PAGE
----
If you use Docker, run the following command to download a pre-configured image that has Microsoft Edge and Edge WebDriver pre-installed.

docker run -d -p 9515:9515

For more information, see the msedgedriver container on Docker Hub.

Application Guard

Trusted sites that use Microsoft Defender Application Guard can be automated using Edge WebDriver. Microsoft Defender Application Guard is also called Application Guard, for short.

Untrusted sites that use Application Guard cannot be automated or manipulated using Edge WebDriver. Application Guard launches untrusted sites in a container, and this container doesn't expose the remote debugging port that Edge WebDriver needs to communicate with the site.

Your enterprise administrator defines what are trusted sites, including cloud resources and internal networks. Sites that aren't in the trusted sites list are considered untrusted. Edge WebDriver can automate both InPrivate windows, and sites in the trusted sites list.

For more information about Application Guard, see:

Opt out of diagnostic data collection

By default, Edge WebDriver sends diagnostic data such as the status of the New Session WebDriver command to Microsoft. To turn off diagnostic data collection for Edge WebDriver, set the MSEDGEDRIVER_TELEMETRY_OPTOUT environment variable to 1. For more information about the data that Edge WebDriver collects, see the Microsoft Edge Privacy Whitepaper.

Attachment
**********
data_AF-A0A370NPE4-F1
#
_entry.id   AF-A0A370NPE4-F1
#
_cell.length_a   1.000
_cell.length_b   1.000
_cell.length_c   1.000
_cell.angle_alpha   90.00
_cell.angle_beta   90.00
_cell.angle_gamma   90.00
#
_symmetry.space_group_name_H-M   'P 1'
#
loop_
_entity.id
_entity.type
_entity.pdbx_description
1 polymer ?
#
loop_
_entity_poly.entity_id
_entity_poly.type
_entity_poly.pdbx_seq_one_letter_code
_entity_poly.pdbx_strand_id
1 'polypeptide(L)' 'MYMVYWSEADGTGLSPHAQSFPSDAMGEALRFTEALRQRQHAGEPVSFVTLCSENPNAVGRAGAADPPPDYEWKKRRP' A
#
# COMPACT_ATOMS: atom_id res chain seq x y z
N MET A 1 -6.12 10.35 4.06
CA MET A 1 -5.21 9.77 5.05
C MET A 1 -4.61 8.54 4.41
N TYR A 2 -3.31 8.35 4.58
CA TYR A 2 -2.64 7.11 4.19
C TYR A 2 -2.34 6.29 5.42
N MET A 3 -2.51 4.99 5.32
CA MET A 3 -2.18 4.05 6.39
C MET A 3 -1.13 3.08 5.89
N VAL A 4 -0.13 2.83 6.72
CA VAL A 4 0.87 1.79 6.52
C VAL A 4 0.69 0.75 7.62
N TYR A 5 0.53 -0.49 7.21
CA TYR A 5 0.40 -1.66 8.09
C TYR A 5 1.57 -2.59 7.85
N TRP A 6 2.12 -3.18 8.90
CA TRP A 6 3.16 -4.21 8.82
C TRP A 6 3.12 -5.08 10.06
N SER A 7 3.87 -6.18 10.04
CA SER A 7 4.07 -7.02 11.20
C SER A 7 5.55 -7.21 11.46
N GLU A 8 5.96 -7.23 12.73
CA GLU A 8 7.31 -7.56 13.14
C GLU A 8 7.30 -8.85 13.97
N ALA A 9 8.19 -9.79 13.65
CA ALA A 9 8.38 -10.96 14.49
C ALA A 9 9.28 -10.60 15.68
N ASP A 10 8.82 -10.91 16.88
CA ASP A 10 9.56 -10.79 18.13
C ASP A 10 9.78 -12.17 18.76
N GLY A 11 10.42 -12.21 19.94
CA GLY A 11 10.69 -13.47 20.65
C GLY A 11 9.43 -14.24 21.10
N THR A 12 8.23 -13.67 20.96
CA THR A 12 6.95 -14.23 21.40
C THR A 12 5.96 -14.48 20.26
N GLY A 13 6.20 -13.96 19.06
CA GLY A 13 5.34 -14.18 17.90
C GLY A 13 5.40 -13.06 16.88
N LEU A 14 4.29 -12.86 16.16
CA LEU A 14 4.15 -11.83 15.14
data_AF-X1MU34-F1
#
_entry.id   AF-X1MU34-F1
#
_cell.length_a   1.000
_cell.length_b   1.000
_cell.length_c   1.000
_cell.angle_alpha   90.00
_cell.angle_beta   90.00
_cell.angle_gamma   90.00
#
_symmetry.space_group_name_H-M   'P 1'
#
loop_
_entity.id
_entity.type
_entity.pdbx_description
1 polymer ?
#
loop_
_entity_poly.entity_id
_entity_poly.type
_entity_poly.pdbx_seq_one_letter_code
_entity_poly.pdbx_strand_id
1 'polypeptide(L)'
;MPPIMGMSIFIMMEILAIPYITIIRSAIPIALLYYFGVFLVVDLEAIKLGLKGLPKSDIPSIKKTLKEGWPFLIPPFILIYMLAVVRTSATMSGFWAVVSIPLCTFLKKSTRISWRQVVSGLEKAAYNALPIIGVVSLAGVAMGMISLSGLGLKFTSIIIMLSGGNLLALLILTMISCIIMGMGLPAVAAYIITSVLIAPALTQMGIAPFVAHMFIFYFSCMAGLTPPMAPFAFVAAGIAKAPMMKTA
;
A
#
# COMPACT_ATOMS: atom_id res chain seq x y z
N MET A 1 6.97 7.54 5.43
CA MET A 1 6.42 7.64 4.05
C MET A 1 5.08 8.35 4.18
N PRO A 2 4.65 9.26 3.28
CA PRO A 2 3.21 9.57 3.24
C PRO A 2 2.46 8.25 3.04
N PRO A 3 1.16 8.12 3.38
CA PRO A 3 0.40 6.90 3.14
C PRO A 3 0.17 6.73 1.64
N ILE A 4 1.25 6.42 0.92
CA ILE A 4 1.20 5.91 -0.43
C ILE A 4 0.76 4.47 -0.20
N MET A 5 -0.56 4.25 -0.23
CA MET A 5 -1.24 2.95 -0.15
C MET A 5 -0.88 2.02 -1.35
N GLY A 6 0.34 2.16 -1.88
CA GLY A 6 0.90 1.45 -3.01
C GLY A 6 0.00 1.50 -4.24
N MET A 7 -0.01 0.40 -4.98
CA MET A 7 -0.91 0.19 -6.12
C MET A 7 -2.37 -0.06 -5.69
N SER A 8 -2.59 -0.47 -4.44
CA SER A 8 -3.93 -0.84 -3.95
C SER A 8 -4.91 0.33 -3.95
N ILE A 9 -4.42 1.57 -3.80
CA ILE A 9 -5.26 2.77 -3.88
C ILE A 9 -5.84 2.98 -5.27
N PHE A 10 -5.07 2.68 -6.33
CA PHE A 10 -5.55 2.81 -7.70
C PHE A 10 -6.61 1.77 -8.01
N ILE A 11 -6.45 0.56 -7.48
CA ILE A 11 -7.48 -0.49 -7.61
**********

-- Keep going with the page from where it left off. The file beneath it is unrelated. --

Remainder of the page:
Legacy Microsoft WebDriver for EdgeHTML

Microsoft WebDriver is the legacy WebDriver implementation for EdgeHTML-based Microsoft Edge. Microsoft WebDriver was distributed as an optional Windows component, because legacy Microsoft Edge (EdgeHTML) was updated with the OS. Microsoft WebDriver isn't compatible with the latest, Chromium-based versions of Microsoft Edge. Microsoft WebDriver is still made available for developers who have written WebDriver-based tests for UWP apps, because these rely on EdgeHTML, but Microsoft WebDriver is no longer recommended.

See WebDriver (EdgeHTML).


These are troubleshooting considerations when using WebDriver to automate Microsoft Edge.

Developer Tools Availability policy

If your IT admin has set the DeveloperToolsAvailability policy to 2, Edge WebDriver is blocked from driving Microsoft Edge, because the driver uses Microsoft Edge DevTools. To automate Microsoft Edge, make sure the DeveloperToolsAvailability policy is set to 0 or 1.

Upgrading from Selenium 3 to Selenium 4

If you use Selenium 4, you don't need to use Selenium Tools for Microsoft Edge. Selenium Tools for Microsoft Edge are for Selenium 3 only. If you try to use Selenium 4 with Selenium Tools for Microsoft Edge and try to create a new EdgeDriver instance, you get the following error: System.MissingMethodException: 'Method not found: 'OpenQA.Selenium.Remote.DesiredCapabilities OpenQA.Selenium.DriverOptions.GenerateDesiredCapabilities(Boolean)'.

If you're using Selenium 4 and get this error, remove Microsoft.Edge.SeleniumTools from your project, and make sure you're using the official EdgeOptions and EdgeDriver classes from the OpenQA.Selenium.Edge namespace.

See also